The VRM (Voltage Regulator Module) or VRD (Voltage Regulator Down) is a circuit of a Z97 motherboard that supplies the main input voltage to the CPU. It does this by converting the 12V ATX supply to the desired voltage with the PWM method and the use of a controller, drivers, mosfets, chokes and capacitors. The quality and ability of this circuit is crucial to the overclockability of a processor.
Quick and dirty how-to read the table:
- Controller: You want this to be digital. It's higher precision and saves power. It may also report additional data on HWInfo.
- Controller Phases: "Real" CPU phases. The more the true phases the steadier the supply. In most cases 4 or lower isn't considered great.
- Doubler: If the board doubles the phases it gets higher current capacity, but it's better to have e.g. 8 real than 4 × 2 (given that the rest are equal).
- Amps per 6.5 Watts: This is a normalized current a MOSFET package can carry based on 6.5W Power Loss, a realistic scenario. Aim for this to be high enough. e.g. 200W power delivery on 2.0VIN will require 200/2= 100Amps split on the total phases.
- Total phase count: Shown by the amount of Inductors(Chokes).
- RAM phase count: Independent from CPU VRD, supplying power to RAM. It's often important on extreme overclocking to be higher than 1.
(to see the image enlarged: Right click->open link in new tab.)
- Also look at the updated Sin's list: http://sinhardware.com/index.php/vrm-list The original reason of the existence of this work was the lack of the updated list.
- This is not official (I mainly tried to find a way to quickly evaluate good boards), I don't try to replace Sin (neither on lists or on knowledge), and part of the info is incomplete (but I do put an "?" on any info that isn't confirmed by sources based on photographic evidence).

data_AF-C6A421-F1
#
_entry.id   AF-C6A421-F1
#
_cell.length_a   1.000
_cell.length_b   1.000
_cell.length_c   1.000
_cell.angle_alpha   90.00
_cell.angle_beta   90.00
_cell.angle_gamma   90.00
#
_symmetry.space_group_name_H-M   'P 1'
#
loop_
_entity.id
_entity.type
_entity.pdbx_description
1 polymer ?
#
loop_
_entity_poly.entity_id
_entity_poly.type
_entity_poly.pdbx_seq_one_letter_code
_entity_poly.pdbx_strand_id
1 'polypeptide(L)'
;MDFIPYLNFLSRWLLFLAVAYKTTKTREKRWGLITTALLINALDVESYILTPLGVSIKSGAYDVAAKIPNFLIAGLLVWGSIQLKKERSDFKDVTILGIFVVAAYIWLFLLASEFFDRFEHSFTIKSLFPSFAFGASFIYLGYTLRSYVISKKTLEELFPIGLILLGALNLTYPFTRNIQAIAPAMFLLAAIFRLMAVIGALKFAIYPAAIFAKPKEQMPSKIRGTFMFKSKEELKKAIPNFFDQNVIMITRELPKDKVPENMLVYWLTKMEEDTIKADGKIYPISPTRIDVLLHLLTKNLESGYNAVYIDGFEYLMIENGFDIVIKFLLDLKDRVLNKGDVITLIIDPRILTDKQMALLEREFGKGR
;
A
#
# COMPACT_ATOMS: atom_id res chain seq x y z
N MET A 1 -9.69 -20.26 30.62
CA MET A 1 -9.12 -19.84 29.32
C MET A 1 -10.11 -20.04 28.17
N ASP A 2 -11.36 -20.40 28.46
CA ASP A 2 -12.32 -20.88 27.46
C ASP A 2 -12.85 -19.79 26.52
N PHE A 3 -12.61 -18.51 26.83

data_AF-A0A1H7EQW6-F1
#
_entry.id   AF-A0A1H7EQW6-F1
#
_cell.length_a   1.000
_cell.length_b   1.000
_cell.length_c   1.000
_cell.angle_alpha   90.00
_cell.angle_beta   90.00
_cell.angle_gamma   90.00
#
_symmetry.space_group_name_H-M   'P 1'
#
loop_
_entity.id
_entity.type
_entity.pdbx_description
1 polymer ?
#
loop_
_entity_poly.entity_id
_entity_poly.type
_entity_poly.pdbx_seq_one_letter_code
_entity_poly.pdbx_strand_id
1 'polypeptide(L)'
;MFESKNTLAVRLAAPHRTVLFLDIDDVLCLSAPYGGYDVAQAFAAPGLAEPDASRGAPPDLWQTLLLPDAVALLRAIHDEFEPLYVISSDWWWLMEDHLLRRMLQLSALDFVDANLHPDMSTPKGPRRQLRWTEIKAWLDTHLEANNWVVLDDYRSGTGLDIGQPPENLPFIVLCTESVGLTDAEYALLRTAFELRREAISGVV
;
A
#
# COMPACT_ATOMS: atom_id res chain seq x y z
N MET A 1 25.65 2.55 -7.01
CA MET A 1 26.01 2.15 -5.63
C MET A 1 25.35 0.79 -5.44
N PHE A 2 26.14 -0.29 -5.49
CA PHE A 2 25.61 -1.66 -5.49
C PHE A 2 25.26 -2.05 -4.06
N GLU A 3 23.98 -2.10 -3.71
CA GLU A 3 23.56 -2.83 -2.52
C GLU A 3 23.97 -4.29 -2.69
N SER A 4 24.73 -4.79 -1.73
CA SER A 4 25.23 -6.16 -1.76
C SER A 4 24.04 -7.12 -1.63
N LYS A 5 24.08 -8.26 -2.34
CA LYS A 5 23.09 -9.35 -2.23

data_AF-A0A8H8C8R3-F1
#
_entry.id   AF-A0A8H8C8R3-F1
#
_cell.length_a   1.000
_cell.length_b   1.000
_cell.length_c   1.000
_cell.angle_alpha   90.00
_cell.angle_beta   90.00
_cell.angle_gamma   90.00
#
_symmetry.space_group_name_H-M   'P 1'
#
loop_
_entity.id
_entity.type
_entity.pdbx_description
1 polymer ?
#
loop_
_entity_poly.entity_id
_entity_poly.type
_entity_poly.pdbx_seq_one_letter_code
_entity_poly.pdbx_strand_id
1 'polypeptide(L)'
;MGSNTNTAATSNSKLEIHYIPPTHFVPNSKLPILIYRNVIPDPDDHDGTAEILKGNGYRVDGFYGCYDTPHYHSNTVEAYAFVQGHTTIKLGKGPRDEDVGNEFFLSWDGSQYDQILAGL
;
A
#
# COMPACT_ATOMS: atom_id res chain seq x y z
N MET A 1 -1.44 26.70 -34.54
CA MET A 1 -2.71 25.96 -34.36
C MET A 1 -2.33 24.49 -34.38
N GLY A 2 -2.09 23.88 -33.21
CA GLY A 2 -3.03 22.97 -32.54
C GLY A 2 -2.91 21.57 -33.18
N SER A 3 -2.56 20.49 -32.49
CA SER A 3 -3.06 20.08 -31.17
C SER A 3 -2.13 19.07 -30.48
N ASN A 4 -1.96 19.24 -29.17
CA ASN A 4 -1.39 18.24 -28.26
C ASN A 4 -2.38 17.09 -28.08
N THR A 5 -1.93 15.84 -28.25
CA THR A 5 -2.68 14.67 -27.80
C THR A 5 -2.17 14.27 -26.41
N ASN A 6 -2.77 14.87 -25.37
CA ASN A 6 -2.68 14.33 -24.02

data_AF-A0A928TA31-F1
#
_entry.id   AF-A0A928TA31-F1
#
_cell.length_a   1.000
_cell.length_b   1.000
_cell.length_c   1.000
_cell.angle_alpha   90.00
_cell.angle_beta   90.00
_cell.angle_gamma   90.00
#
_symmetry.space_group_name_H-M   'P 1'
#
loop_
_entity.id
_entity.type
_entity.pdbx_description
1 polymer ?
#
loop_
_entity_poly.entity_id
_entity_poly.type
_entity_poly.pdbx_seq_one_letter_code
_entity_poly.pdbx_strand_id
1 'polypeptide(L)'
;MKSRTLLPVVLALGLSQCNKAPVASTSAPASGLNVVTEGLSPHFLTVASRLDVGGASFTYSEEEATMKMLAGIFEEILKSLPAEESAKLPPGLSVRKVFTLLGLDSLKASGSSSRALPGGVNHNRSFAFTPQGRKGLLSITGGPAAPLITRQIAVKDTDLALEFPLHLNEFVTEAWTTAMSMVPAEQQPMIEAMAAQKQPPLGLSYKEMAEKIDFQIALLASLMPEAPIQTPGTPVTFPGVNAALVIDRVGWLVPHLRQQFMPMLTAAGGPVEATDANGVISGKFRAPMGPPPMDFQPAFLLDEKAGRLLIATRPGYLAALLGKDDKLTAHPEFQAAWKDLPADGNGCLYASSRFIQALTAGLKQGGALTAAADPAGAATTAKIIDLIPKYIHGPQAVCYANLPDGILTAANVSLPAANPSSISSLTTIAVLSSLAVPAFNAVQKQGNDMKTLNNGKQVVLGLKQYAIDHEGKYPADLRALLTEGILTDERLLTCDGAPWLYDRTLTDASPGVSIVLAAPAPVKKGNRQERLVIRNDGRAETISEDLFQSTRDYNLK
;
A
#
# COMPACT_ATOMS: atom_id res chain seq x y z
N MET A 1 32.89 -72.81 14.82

- The improvement from 6 to 8 true phases is lower than the improvement from 4 to 6 true phases (look at Sin's Hardware literature above for details)
- Some gigabyte boards have mosfets that are package-limited to 25Amps but because of that external limit they have only 4W heat loss (at that current) instead of 6.5W the normalized list may imply.
- You can multiply the number of total phases with the current capacity of low-side mosfets for a rough estimation of boards' total current ability.
Sources follow (whole of thread)
Gigabyte thread, and Sin posts in it: https://www.overclock.net/t/1487772/gigabyte-z97x-discussion-help-and-owners-club-soc-and-gaming-editions-also-included/0_100
ASUS ROG Maximus VII Ranger:
As with all ASUS motherboards, the ASUS Z97-A power delivery is a digital design with a DIGI+ VRM EPU controller underneath the heatsink labeled ASP1252 with four drivers and eight pairs of NXP 6030DLB/4030DLA LF-PAKs . There are also two phases for the memory with two pairs of NXP 6030DLB/4030DLA LF-PAKs controlled by a Richtek 8120 instead of a DIGI+ controller unlike the higher end ASUS motherboards. This means that memory overclocking will not be available through ASUS AI Suite, only through the UEFI. There also won’t be phase controls for the DRAM in the UEFI. The chokes are 1.2uF ferrite inductors while all the capacitors used are solid Japanese capacitors with a 5K rating at 105C. Compared to other motherboards with a 2000-hour rating at 105C (which last 200,000 hours at 65C typical), the 5K @ 105C rating translates to 500,000 hours at 65C.